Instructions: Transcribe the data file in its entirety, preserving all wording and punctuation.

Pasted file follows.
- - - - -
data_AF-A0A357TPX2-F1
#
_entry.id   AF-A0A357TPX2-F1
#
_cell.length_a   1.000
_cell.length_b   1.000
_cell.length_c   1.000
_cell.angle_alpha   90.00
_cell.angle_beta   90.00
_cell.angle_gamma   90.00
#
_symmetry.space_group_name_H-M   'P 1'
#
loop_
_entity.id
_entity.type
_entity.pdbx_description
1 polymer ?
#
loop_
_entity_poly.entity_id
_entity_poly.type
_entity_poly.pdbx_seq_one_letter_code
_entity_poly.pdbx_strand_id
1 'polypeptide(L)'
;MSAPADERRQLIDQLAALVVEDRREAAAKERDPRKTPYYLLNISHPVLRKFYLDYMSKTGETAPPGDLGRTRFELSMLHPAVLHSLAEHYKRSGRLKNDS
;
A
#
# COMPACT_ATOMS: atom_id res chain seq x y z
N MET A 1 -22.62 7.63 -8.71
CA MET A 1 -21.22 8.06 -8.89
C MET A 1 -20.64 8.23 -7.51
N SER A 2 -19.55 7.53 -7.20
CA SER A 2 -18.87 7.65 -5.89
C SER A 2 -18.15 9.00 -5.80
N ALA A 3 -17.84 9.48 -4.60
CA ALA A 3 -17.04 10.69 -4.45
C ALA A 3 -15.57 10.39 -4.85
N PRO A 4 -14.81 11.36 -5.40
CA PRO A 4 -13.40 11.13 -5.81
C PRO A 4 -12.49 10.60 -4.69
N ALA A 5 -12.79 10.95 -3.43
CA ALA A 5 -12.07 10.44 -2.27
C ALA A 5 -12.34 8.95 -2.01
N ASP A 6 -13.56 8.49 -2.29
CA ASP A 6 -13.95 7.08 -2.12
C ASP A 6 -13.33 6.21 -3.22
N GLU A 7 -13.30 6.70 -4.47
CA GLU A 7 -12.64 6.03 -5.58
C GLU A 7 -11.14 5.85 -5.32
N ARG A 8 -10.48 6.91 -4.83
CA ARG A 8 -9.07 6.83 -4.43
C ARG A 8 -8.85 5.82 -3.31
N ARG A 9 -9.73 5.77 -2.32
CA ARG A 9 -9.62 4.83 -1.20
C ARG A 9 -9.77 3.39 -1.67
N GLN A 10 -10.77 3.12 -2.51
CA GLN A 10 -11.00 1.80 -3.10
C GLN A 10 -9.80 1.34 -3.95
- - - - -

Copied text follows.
data_AF-A0A357TPX2-F1
#
_entry.id   AF-A0A357TPX2-F1
#
_cell.length_a   1.000
_cell.length_b   1.000
_cell.length_c   1.000
_cell.angle_alpha   90.00
_cell.angle_beta   90.00
_cell.angle_gamma   90.00
#
_symmetry.space_group_name_H-M   'P 1'
#
loop_
_entity.id
_entity.type
_entity.pdbx_description
1 polymer ?
#
loop_
_entity_poly.entity_id
_entity_poly.type
_entity_poly.pdbx_seq_one_letter_code
_entity_poly.pdbx_strand_id
1 'polypeptide(L)'
;MSAPADERRQLIDQLAALVVEDRREAAAKERDPRKTPYYLLNISHPVLRKFYLDYMSKTGETAPPGDLGRTRFELSMLHPAVLHSLAEHYKRSGRLKNDS
;
A
#
# COMPACT_ATOMS: atom_id res chain seq x y z
N MET A 1 -22.62 7.63 -8.71
CA MET A 1 -21.22 8.06 -8.89
C MET A 1 -20.64 8.23 -7.51
N SER A 2 -19.55 7.53 -7.20
CA SER A 2 -18.87 7.65 -5.89
C SER A 2 -18.15 9.00 -5.80
N ALA A 3 -17.84 9.48 -4.60
CA ALA A 3 -17.04 10.69 -4.45
C ALA A 3 -15.57 10.39 -4.85
N PRO A 4 -14.81 11.36 -5.40
CA PRO A 4 -13.40 11.13 -5.81
C PRO A 4 -12.49 10.60 -4.69
N ALA A 5 -12.79 10.95 -3.43
CA ALA A 5 -12.07 10.44 -2.27
C ALA A 5 -12.34 8.95 -2.01
N ASP A 6 -13.56 8.49 -2.29
CA ASP A 6 -13.95 7.08 -2.12
C ASP A 6 -13.33 6.21 -3.22
N GLU A 7 -13.30 6.70 -4.47
CA GLU A 7 -12.64 6.03 -5.58
C GLU A 7 -11.14 5.85 -5.32
N ARG A 8 -10.48 6.91 -4.83
CA ARG A 8 -9.07 6.83 -4.43
C ARG A 8 -8.85 5.82 -3.31
N ARG A 9 -9.73 5.77 -2.32
CA ARG A 9 -9.62 4.83 -1.20
C ARG A 9 -9.77 3.39 -1.67
N GLN A 10 -10.77 3.12 -2.51
CA GLN A 10 -11.00 1.80 -3.10
C GLN A 10 -9.80 1.34 -3.95